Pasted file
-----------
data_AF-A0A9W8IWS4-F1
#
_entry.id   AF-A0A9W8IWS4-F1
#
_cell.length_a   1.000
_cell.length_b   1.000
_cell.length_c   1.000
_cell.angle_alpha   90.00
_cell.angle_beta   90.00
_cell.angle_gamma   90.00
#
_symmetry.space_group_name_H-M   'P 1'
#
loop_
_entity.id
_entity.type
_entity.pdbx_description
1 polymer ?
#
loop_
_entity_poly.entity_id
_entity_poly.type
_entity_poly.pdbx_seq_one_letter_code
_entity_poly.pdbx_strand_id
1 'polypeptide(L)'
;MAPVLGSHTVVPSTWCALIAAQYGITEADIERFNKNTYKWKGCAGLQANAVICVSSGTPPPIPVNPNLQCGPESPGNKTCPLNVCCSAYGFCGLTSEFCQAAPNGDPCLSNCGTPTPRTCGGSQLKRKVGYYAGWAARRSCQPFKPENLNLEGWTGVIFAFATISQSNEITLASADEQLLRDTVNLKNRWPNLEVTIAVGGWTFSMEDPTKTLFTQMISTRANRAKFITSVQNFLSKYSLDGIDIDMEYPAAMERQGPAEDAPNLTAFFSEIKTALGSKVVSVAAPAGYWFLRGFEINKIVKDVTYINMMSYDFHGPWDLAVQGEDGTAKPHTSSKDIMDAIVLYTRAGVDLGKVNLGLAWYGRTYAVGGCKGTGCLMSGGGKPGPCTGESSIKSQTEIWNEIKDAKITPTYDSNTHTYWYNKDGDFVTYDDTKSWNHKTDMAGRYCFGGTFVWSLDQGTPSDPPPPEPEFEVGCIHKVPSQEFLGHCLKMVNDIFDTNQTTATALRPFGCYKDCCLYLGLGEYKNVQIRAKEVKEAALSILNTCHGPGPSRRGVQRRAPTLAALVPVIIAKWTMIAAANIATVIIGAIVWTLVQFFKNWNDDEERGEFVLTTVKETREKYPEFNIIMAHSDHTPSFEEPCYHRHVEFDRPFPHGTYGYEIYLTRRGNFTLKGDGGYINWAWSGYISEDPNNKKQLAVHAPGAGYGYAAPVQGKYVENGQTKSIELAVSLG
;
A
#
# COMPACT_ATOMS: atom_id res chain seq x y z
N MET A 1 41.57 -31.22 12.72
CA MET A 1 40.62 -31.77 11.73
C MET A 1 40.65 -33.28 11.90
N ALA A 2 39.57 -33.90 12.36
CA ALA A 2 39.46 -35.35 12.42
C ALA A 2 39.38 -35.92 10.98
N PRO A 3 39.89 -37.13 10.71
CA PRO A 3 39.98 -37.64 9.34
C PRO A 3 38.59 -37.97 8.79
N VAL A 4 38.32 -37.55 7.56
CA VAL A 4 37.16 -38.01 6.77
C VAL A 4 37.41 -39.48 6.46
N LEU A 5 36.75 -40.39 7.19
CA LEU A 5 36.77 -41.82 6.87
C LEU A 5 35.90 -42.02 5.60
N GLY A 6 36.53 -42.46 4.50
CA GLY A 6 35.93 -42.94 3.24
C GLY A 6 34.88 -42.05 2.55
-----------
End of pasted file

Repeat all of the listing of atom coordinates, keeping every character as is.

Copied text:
data_AF-A0A9W8IWS4-F1
#
_entry.id   AF-A0A9W8IWS4-F1
#
_cell.length_a   1.000
_cell.length_b   1.000
_cell.length_c   1.000
_cell.angle_alpha   90.00
_cell.angle_beta   90.00
_cell.angle_gamma   90.00
#
_symmetry.space_group_name_H-M   'P 1'
#
loop_
_entity.id
_entity.type
_entity.pdbx_description
1 polymer ?
#
loop_
_entity_poly.entity_id
_entity_poly.type
_entity_poly.pdbx_seq_one_letter_code
_entity_poly.pdbx_strand_id
1 'polypeptide(L)'
;MAPVLGSHTVVPSTWCALIAAQYGITEADIERFNKNTYKWKGCAGLQANAVICVSSGTPPPIPVNPNLQCGPESPGNKTCPLNVCCSAYGFCGLTSEFCQAAPNGDPCLSNCGTPTPRTCGGSQLKRKVGYYAGWAARRSCQPFKPENLNLEGWTGVIFAFATISQSNEITLASADEQLLRDTVNLKNRWPNLEVTIAVGGWTFSMEDPTKTLFTQMISTRANRAKFITSVQNFLSKYSLDGIDIDMEYPAAMERQGPAEDAPNLTAFFSEIKTALGSKVVSVAAPAGYWFLRGFEINKIVKDVTYINMMSYDFHGPWDLAVQGEDGTAKPHTSSKDIMDAIVLYTRAGVDLGKVNLGLAWYGRTYAVGGCKGTGCLMSGGGKPGPCTGESSIKSQTEIWNEIKDAKITPTYDSNTHTYWYNKDGDFVTYDDTKSWNHKTDMAGRYCFGGTFVWSLDQGTPSDPPPPEPEFEVGCIHKVPSQEFLGHCLKMVNDIFDTNQTTATALRPFGCYKDCCLYLGLGEYKNVQIRAKEVKEAALSILNTCHGPGPSRRGVQRRAPTLAALVPVIIAKWTMIAAANIATVIIGAIVWTLVQFFKNWNDDEERGEFVLTTVKETREKYPEFNIIMAHSDHTPSFEEPCYHRHVEFDRPFPHGTYGYEIYLTRRGNFTLKGDGGYINWAWSGYISEDPNNKKQLAVHAPGAGYGYAAPVQGKYVENGQTKSIELAVSLG
;
A
#
# COMPACT_ATOMS: atom_id res chain seq x y z
N MET A 1 41.57 -31.22 12.72
CA MET A 1 40.62 -31.77 11.73
C MET A 1 40.65 -33.28 11.90
N ALA A 2 39.57 -33.90 12.36
CA ALA A 2 39.46 -35.35 12.42
C ALA A 2 39.38 -35.92 10.98
N PRO A 3 39.89 -37.13 10.71
CA PRO A 3 39.98 -37.64 9.34
C PRO A 3 38.59 -37.97 8.79
N VAL A 4 38.32 -37.55 7.56
CA VAL A 4 37.16 -38.01 6.77
C VAL A 4 37.41 -39.48 6.46
N LEU A 5 36.75 -40.39 7.19
CA LEU A 5 36.77 -41.82 6.87
C LEU A 5 35.90 -42.02 5.60
N GLY A 6 36.53 -42.46 4.50
CA GLY A 6 35.93 -42.94 3.24
C GLY A 6 34.88 -42.05 2.55